“We are at a crucial juncture in the evolution of business and the economy. We must now reshape the structures and practices of business leadership to avoid going down the same path again. To a large extent this is a question of governance and the role of corporate boards, to help us wrestle with critical issues like CEO performance and succession, compensation, and forward-looking strategy.
In The Future of Boards, governance sage Jay Lorsch has gathered thought leaders and some of the most experienced voices at Harvard Business School to describe the moment we are in, identify and analyze the salient issues, and chart a course for the future. Articles include Bill George on how boardroom conflicts can be understood and managed; Krishna Palepu on how directors can gain the knowledge necessary to effectively oversee strategy; Lorsch himself and colleague Rakesh Khurana on how boards can set reasonable compensation while still motivating top talent; and Ken Merchant and Kat Pick on group pathologies in the boardroom and how to overcome them.
The Future of Boards will be must reading for CEOs, business and industry leaders, policymakers, and anyone involved in influencing and reshaping business in the 21st century.”
The Opposable Mind: Winning Through Integrative Thinking by Roger Martin
Instead of focusing on what exceptional leaders do, we need to understand and emulate how they think. Successful business people engage in what Martin calls integrative thinking creatively resolving the tension in opposing models by forming entirely new and superior ones. Drawing on stories of leaders as diverse as AG Lafley of Procter & Gamble, Meg Whitman of eBay, Victoria Hale of the Institute for One World Health, and Nandan Nilekani of Infosys, Martin shows how integrative thinkers are relentlessly diagnosing and synthesizing by asking probing questions including: What are the causal relationships at work here? and What are the implied trade-offs?
Martin also presents a model for strengthening your integrative thinking skills by drawing on different kinds of knowledge including conceptual and experiential knowledge. Integrative thinking can be learned, and The Opposable Mind helps you master this vital skill.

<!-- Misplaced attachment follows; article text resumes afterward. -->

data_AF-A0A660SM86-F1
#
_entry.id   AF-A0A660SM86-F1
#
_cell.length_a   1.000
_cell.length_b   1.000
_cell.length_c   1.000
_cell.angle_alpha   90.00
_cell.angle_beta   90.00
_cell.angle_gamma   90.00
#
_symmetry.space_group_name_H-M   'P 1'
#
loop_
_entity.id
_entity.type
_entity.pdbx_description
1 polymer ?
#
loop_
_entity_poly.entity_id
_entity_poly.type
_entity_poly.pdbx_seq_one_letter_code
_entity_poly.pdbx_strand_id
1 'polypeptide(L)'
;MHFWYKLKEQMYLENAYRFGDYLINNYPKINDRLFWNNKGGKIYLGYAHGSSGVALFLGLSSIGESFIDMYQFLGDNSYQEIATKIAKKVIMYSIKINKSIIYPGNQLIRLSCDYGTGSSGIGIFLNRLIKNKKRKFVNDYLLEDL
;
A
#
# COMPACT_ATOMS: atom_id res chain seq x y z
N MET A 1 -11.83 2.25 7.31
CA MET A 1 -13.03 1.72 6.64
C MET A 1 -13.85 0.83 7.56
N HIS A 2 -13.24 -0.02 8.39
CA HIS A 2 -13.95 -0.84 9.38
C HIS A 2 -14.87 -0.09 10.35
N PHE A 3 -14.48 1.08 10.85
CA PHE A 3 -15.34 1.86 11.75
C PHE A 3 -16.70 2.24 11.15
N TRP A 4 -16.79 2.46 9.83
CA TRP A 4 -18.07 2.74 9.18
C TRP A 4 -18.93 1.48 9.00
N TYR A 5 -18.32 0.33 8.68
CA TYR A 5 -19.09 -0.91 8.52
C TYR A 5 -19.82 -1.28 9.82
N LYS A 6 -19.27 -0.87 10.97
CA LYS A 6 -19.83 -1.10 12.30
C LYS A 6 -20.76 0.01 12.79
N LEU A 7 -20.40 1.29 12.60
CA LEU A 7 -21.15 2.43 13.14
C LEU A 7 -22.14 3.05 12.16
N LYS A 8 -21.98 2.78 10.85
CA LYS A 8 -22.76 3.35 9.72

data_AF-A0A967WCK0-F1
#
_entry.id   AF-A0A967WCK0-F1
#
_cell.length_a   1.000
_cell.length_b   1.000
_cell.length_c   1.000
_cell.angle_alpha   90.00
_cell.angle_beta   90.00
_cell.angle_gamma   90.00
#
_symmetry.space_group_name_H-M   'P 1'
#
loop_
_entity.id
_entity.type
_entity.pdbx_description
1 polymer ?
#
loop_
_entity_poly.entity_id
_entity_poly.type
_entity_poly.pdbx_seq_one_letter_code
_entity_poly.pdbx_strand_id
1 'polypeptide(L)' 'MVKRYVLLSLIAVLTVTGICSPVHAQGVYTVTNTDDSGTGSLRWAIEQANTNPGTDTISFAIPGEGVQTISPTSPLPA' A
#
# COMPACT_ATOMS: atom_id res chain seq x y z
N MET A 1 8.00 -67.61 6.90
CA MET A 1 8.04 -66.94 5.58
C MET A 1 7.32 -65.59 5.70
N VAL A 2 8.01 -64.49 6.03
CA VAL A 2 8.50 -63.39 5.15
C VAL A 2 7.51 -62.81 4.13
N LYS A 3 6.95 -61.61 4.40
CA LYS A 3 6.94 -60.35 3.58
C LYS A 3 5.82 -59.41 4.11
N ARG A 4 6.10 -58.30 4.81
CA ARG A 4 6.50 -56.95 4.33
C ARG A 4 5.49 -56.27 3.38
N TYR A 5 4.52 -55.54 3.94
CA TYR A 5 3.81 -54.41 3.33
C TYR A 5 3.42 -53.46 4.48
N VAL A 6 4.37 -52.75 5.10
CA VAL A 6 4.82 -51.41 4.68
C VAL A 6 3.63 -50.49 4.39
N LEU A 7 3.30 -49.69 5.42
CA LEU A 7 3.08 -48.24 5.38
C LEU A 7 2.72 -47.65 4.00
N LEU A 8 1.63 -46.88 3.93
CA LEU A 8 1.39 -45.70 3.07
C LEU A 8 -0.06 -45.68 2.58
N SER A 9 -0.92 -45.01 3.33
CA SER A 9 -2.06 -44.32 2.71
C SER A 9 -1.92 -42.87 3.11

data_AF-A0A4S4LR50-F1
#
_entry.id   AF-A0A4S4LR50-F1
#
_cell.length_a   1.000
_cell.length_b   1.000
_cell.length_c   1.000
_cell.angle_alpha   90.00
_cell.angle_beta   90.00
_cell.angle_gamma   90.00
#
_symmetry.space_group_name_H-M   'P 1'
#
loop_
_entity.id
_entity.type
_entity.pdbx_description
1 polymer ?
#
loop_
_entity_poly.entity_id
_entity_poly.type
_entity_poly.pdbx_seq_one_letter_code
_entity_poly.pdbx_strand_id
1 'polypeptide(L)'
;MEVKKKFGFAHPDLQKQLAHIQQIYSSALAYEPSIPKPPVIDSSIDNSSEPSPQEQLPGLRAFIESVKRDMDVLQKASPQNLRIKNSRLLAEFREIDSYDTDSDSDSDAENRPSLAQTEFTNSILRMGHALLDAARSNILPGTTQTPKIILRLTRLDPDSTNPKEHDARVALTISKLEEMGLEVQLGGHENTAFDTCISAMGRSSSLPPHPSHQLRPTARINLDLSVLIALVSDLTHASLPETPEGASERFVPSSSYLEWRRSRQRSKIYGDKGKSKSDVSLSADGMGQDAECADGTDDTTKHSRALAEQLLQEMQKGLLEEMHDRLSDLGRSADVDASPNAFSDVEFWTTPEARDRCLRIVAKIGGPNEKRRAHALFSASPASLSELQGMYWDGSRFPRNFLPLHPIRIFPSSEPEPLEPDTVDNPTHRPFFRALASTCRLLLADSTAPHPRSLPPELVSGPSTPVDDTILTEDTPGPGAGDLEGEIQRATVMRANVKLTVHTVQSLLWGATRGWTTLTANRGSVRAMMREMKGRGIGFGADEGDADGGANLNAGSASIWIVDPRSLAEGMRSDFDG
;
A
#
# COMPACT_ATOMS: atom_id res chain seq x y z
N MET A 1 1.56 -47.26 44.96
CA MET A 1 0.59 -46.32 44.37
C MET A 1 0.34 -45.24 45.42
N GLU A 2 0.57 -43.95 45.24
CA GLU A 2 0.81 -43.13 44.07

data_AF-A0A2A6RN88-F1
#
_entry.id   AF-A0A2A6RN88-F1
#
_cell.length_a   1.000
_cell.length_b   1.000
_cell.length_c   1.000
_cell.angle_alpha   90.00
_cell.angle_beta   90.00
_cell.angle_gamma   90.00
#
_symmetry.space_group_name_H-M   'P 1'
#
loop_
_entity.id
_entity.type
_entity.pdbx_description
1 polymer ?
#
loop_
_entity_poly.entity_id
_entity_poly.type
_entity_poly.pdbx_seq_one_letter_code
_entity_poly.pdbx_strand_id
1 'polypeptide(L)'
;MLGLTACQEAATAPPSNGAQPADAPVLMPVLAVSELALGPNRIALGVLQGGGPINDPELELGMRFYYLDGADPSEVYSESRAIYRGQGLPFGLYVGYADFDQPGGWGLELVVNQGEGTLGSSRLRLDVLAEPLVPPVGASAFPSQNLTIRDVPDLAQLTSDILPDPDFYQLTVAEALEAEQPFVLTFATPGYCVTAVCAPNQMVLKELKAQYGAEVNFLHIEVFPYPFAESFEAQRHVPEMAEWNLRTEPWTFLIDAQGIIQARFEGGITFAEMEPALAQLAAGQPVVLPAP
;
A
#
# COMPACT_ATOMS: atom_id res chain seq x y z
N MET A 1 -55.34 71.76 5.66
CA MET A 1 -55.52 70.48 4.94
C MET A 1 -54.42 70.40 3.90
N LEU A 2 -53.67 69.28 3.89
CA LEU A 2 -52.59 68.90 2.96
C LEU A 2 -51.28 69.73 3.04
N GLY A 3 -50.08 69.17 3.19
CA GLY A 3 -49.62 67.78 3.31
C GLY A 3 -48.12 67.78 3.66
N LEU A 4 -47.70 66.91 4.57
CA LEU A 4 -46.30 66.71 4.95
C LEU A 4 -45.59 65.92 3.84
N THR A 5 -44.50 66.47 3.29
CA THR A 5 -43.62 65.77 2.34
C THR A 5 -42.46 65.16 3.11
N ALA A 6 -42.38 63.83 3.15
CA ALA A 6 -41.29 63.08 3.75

The Practitioner’s Guide to Governance as Leadership: Building High-Performing Nonprofit Boards by Cathy A. Trower
The Practitioner’s Guide to Governance as Leadership offers a resource that shows how to achieve excellence and peak performance in the boardroom by putting into practice the groundbreaking model that was introduced in the book, Governance as Leadership. This proven model of effective governance explores how to attain proficiency in three governance modes or mindsets: fiduciary, strategic, and generative.
Transitions: Making Sense of Life’s Changes, Revised 25th Anniversary Edition by William Bridges
Transitions has helped hundreds of thousands of readers to cope with changes by providing a road map of the transition process. With the understanding born of experience, William Bridges takes us step by step through the stages of transition.
Trust Matters: Leadership for Successful Schools by Megan Tschannen-Moran
Trust Matters offers educators a practical, hands-on guide for establishing and maintaining trust within their schools as well as providing information on how to repair trust that has been damaged. It outlines the five key elements on which individuals base their trust judgments (benevolence, honesty, openness, reliability, and competency) and explores the factors that influence the development of trust. The book explores the leader’s role in fostering high quality relationships among teachers, students, and parents and examines examples of positive outcomes of trusting school environments.
Why Nonprofits Fail: Overcoming Founder’s Syndrome, Fundphobia and Other Obstacles to Success by Stephen R. Block
In Why Nonprofits Fail, Stephen Block explains that many well-intentioned leaders hold on to views of their nonprofit organizations that perpetuate problems rather than help fix them. According to Block, the first step to success is to challenge one’s own personal paradigms and ideas and be open to unique and alternative approaches to solving problems. This much-needed book helps nonprofits get back on track and offers advice about the seven most common stumbling blocks, including: founder’s syndrome, fundphobia, financial misfortune, Recruitment disorientation, cultural depression in nonprofit organizations, self-serving political performance and role confusion between the board and executive director.